Reporting this spring in China, I became convinced that the western impression of Big Brother Beijing needs serious revision. Yes, China can at times crack down with terrible ferocity. But when it comes to routine maintenance and oversight, the ordinary business of running a government (read: ensuring Beijing's laws are followed in the hinterlands), the central government often stumbles.
This touches on one of the ways in which day-by-day experience in China differs most substantially from the general impression in America. Parts of daily life here are thoroughly, and if need be brutally, controlled. There is to be no political challenge to the Communist Party. Each year tens of thousands of protests, mainly in the countryside, are put down by force. Recently the government has squashed protests over environmental disasters and the one-child policy.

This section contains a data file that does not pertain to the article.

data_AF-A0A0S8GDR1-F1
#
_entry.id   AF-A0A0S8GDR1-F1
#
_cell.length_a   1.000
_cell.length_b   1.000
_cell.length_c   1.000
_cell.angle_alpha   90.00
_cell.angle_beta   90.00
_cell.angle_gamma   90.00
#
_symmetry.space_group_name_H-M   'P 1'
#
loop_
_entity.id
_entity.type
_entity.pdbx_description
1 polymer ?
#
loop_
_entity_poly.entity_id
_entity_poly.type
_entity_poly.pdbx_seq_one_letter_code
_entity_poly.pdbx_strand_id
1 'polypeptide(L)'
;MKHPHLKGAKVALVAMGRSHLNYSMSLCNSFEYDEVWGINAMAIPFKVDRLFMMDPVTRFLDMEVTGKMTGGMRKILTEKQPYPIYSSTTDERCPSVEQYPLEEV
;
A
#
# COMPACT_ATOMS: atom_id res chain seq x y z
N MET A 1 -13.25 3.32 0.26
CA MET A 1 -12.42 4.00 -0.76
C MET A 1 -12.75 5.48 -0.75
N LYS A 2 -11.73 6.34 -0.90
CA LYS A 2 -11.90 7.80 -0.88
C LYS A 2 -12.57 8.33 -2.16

But that is not how it looks or seems for most people most of the time. (No, I haven't seen "most" of China. But I have been a lot of places in the last year and this impression is consistent.) To the extent Americans imagine something like Stalin's Soviet Union, or the old East Germany, or Hitler's Germany in the 1930s, or Orwell's 1984. it just is not like that day by day. The world has never before seen quite this combination of repression and laissez faire, even chaos. Its full implications, good and bad, will take a long time to understand. The main point is: it's different from what most Americans think.